• Add a pedal point for a phrase. A pedal point is the tonic or dominant note in the key, held in the pedal. One good place to add this technique is during a soprano/alto duet in a hymn such as 178, O Lord of Hosts; play an Eb in the pedals starting with beat one on the second line until the bass comes back in.
In summary, I recommend approaching this situation as an opportunity to help your congregation reflect on the words which they just finished singing. Sometimes we don't reflect on the meaning of the words in the hymn as we should while we sing, and it's through later reflection that we find a deeper meaning. In playing these post-verses, make sure you breathe properly, as taught in this article, so that the meaning can be made clear in the minds of your congregation.

After implementing some of these suggestions, please check back and let me know how things go!

If you have a question you'd like me to answer, either share a comment on this blog, ask over on my facebook page, or email ldsorganistblog (at) gmail (dot) com.

Thanks for reading!

Sunday, May 22, 2011

Sunday Song: Rhumba

Rhumba by Robert Elmore is performed by Robert Plimpton at the Spreckels Organ Pavillion in Balboa Park, San Diego.

This organ is very unique and it's a fun piece. Enjoy!

Wednesday, May 18, 2011

Line Upon Line

Have you ever learned from someone who seems to know exactly what you need and when you need it? My organ teacher constantly amazes me. When I began studying with her after a break of over a decade, my technique was pretty poor when it came to hand position and wrist movement.

Instead of overwhelming me with everything I was doing wrong, she first had me work on quieting my right wrist.

When I had that under control, we worked on my left wrist.

Once I was doing okay there, we worked on me pressing the keys with less force.

Then we worked on starting to curve my fingers and not approaching the keyboard with flat fingers.

Once again we had to work on quieting my wrists.

Then we started to work on pulling my hands forward and curving my fingers.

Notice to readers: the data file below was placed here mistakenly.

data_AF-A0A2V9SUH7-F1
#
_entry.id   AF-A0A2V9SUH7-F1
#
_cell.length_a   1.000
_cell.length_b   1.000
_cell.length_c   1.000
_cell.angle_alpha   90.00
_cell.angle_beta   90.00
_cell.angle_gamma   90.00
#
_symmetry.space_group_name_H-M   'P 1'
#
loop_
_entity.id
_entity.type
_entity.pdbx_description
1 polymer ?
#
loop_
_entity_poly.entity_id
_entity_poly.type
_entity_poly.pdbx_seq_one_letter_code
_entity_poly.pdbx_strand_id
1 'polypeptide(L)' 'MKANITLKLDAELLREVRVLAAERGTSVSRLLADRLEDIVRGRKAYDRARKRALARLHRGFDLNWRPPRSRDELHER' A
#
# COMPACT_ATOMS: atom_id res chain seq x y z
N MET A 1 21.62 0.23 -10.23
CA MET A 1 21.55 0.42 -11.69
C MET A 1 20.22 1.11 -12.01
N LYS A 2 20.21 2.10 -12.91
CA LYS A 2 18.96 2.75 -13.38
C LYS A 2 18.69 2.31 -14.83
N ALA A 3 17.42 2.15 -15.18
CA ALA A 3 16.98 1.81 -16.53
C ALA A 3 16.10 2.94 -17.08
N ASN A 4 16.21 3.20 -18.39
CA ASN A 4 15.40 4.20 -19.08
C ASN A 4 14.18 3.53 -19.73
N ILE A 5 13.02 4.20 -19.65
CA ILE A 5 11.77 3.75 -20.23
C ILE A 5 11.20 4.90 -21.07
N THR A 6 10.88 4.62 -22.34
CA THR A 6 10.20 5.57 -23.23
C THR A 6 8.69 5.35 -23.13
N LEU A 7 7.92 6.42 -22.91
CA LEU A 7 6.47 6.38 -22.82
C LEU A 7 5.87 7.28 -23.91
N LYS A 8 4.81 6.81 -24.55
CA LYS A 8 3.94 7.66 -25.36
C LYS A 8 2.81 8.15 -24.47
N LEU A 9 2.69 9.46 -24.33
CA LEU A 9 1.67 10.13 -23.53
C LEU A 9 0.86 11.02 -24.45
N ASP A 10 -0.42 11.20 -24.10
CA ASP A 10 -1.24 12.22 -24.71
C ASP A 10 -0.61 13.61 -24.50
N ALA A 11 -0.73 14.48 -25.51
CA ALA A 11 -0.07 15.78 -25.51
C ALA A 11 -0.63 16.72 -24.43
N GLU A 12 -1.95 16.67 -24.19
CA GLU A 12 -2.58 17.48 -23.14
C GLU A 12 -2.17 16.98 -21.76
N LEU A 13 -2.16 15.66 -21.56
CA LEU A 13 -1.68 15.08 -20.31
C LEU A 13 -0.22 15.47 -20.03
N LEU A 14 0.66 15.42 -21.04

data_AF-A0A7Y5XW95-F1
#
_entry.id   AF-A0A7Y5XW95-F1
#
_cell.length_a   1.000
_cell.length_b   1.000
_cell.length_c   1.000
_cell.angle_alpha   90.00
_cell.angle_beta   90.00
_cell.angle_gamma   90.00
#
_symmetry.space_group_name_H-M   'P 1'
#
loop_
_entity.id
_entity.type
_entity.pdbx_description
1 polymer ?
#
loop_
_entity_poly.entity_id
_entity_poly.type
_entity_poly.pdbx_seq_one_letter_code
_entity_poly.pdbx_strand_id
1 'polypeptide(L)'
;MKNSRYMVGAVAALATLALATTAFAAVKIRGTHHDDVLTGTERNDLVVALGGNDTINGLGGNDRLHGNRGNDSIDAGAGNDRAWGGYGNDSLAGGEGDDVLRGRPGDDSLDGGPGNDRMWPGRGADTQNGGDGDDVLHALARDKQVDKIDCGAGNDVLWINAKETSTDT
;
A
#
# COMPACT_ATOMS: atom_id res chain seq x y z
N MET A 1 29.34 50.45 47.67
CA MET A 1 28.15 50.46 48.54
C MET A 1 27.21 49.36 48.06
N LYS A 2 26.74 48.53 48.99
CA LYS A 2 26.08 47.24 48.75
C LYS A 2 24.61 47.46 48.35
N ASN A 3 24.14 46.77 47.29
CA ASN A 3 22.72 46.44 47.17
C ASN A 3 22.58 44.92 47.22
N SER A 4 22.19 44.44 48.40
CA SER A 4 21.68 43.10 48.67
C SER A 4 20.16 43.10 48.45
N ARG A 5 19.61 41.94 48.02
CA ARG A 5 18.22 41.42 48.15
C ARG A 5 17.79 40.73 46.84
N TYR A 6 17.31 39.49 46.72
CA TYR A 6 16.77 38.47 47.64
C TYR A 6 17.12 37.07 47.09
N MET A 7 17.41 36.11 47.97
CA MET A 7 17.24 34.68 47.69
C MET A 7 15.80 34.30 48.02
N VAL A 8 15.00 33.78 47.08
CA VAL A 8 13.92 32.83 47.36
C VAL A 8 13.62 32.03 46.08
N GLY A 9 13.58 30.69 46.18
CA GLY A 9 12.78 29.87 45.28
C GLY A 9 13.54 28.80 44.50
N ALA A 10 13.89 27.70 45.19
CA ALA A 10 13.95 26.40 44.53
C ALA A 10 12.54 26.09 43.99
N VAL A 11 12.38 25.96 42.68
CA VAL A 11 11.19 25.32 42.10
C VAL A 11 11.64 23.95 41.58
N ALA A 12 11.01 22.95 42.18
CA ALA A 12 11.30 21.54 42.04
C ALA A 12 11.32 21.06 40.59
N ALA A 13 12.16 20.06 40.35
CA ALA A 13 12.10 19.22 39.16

Every time I had plenty of time to master the concept and didn't realize how far I still had to go. Each success was met with praise and encouragement. Now I'm working on an excercise where my fingers stay in front of the black keys at all times.

As I practiced that exercise this morning, I couldn't help but contrast this experience with another teacher I had in the past:

As a self-taught flute major, I had issues with some technical aspects of playing the flute. My flute teacher was trying to help me, but she lacked the depth and experience necessary to teach me properly. Instead of changing things "line upon line," at every lesson I was given four or five new things to try, then the next week I was given four or five different things to try. At the end of the semester, I felt like I couldn't even play the flute anymore!

When learning the organ, or teaching others to play the organ, make small and simple changes. Don't overwhelm yourself or your student with huge changes. Start small and before you know it, great things will happen.

Tuesday, May 17, 2011

UCLA Organist Christoph Bull

In recent weeks I've shared information about the three full-time Mormon Tabernacle Organists. I found a video of UCLA organist Christoph Bull that I thought was interesting, so I thought I'd highlight this unconventional organist today.

According to his UCLA bio, Christoph Bull likes organ music, rock music and rocking organ music. He hails from Mannheim, Germany, and has been University Organist and organ professor at UCLA since 2002. He’s also Principal Organist at First United Methodist Church in Santa Monica and concertizes internationally. Most recently he inaugurated the new organ series at Segerstrom Hall (Pacific Symphony) and Villa Aurora. He also completed the premiere recording of the pipe organ at Walt Disney Concert Hall in Los Angeles.

He improvised his first tunes on the piano at age five and started playing church services, organ concerts and rock shows at age twelve. He’s been at home in the worlds of classical and rock ever since practicing the organ in the choir loft and with his first rock band in the basement of the same church.

In L.A., he has performed at the Walt Disney Concert Hall, Royce Hall, and First Congregational Church, but also at the Whisky A Go Go, the Viper Room, the Roxy, Cinespace and Hotel Café.

With violin player Lili Haydn he opened up for Cindy Lauper, with Sitar player Nishat Khan he performed in India. He has played the pipe organs at the Catholic Cathedrals of Los Angeles, Salzburg, Saint-Denis and Moscow.

In 2004, Dr. Bull was a featured recitalist and workshop presenter at the National Convention of the American Guild Of Organists. Since then, he’s performed at Walt Disney Concert Hall in Los Angeles as a solo performer and with the L.A. Master Chorale.